It’s that time of year again … when I go into a trance and pretend that I can forecast what’s going to happen in the year ahead. It’s a silly game, I know, but it keeps me amused.
How did I do with last year’s predictions? Well, I feared that violence in Iraq would get worse, which it didn’t. I’m perfectly happy to have been wrong on that one.
I said Somalia would descend into more factional fighting, which it has done, not that anyone has taken much notice. I also said Gordon Brown would take over as prime minister (I claim no prizes for that one), that the SNP would probably emerge as the largest single party in Scotland, which it did, and that there’d be an increase in anti-Scottish sentiment south of the border, which there has been.
I also said that Mr Brown “might be sorely tempted to call a snap election in the autumn, both to establish his own authority and to wrong-foot David Cameron”. Which he was, and much good did it do him …
I noted that June would mark the 40th anniversary of the Six-Day War in the Middle East and suggested that Hamas would not want to let that go unnoticed. And guess what, June was when they seized control in Gaza.
Finally, I noted that Romania and Bulgaria were about to join the EU and that Germany was determined to revive the debate over the EU constitution, sorry, reform treaty. Both turned into major stories of 2007.
So, what do my tea leaves tell me about 2008? First the US presidential election, and no, daft I may be, but not daft enough to predict the outcome of that one. Not even the most respected US political pundits are daring to forecast the winner at the moment, although I do intend to be in the US in early February when the picture may become a great deal clearer after a whole series of primaries and caucuses. Ask me again then …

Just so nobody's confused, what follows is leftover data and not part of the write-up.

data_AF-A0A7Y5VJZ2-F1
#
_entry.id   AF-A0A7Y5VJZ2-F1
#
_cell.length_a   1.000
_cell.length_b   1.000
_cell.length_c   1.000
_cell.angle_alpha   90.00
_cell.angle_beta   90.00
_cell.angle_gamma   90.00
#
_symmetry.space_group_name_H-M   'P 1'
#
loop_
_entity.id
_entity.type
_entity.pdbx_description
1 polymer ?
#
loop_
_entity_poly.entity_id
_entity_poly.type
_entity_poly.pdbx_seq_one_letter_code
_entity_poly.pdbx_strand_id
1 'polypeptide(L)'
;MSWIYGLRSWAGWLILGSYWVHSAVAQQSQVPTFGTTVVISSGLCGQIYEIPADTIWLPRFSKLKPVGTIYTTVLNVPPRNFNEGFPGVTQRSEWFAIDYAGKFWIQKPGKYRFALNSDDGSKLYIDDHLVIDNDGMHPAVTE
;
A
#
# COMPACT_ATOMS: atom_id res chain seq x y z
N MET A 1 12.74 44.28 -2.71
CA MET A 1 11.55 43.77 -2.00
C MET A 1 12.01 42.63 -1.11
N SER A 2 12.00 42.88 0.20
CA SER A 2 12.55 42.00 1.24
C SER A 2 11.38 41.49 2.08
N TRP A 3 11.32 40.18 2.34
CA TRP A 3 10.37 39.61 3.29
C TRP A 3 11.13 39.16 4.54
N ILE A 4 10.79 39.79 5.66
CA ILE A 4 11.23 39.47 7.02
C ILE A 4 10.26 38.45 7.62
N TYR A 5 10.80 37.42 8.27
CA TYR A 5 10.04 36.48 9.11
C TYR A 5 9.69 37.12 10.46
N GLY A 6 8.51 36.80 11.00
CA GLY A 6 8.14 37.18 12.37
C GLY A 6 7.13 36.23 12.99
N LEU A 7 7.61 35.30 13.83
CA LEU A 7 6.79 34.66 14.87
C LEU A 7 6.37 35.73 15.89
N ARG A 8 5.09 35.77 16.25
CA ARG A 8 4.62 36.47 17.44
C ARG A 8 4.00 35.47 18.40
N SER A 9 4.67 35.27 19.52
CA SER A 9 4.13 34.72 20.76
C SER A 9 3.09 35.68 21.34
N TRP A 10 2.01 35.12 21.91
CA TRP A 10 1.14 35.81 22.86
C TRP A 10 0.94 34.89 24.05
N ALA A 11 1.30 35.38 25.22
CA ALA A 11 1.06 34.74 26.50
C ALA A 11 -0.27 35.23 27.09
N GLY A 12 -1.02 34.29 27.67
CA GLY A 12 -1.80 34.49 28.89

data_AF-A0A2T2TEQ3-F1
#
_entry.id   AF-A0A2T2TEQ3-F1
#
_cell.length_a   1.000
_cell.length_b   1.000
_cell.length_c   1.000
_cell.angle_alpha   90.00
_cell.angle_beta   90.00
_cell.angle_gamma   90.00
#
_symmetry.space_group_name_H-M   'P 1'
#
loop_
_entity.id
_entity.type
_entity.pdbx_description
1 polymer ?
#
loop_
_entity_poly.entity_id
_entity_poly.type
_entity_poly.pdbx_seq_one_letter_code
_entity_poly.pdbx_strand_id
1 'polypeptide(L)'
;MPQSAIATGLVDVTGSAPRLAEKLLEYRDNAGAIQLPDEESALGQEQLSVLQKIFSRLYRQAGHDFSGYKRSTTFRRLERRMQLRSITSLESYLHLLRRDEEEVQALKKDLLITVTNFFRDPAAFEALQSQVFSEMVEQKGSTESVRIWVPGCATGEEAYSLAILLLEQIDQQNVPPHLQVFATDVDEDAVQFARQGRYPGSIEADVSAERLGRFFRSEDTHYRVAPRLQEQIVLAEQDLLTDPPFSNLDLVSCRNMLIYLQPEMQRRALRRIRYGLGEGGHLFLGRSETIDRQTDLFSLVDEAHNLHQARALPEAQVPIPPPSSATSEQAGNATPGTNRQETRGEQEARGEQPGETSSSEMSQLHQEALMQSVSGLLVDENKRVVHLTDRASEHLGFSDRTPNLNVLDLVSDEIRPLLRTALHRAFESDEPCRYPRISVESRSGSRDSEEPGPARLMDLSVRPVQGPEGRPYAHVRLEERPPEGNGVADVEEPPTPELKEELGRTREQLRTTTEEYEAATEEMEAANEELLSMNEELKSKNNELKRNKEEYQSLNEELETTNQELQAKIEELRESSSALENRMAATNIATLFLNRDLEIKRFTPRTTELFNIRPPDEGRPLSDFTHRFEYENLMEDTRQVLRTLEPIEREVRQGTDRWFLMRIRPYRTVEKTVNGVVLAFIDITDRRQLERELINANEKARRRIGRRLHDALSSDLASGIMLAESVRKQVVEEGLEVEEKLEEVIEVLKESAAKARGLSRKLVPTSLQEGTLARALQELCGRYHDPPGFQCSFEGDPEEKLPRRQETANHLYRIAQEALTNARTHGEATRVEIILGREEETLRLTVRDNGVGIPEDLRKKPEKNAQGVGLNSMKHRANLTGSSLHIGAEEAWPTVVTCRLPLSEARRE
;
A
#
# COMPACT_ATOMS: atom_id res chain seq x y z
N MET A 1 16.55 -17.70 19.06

I think the big story of the coming year will be the economy … because both in the US and in this country, it looks as if the decade of growth is coming to an end. So the big question in my mind is whether governments and central bankers can manage the downturn. And I’ll be watching for more bad news from the banks as they discover that the wave of speculative finance they’ve been riding so profitably for the past few years is now crashing down on them.
Which means even fewer smiles, I suspect, from G Brown. I predict that the opinion polls will continue to make gloomy reading for Labour, that the anti-Brown sniping from his own party ranks will increase, and that the Tories will still find it difficult to believe their luck. As for Nick Clegg and the Lib Dems, I fear they’ll continue to feel the pinch: on one side, a Tory leader who disobligingly describes himself as a liberal; and on the other, a Labour party that isn’t led by Tony Blair.
I think we’ll hear less about Iran and more about Pakistan. President Putin of Russia will become Prime Minister Putin of Russia, and I doubt that anyone will notice the difference. The Olympics in Beijing will be the occasion for much breast-beating about human rights abuses in China, and it wouldn’t surprise me if something goes horribly wrong.
I’m also going to be keeping a close eye on Cuba, which is already in the throes of a transition to a post-Fidel future, and on Venezuela and Bolivia, where there are growing signs of popular dissatisfaction with their populist leftist leaders. And finally, unfinished business in Kosovo: I expect a unilateral declaration of independence in February or March, and then a lot of grumbling and mumbling and gnashing of teeth from Belgrade and Moscow. But I doubt it’ll explode into a major conflagration.
As for what’s left of this year, I do hope you’ll try to catch the programme on Monday, Christmas Eve: it’ll be a bit different from the usual fare, because (i) we’ve already recorded it; (ii) it’s all about one subject; and (iii) no, you’ll have to listen to find out …
I’m going to be taking a break next week, so there’ll be no newsletter next Friday -- but the programme will be on air as usual (except for Christmas Day), so you’ll have no excuse not to keep up with world events. In the meantime, thank you for all your support – and comments -- over the past year.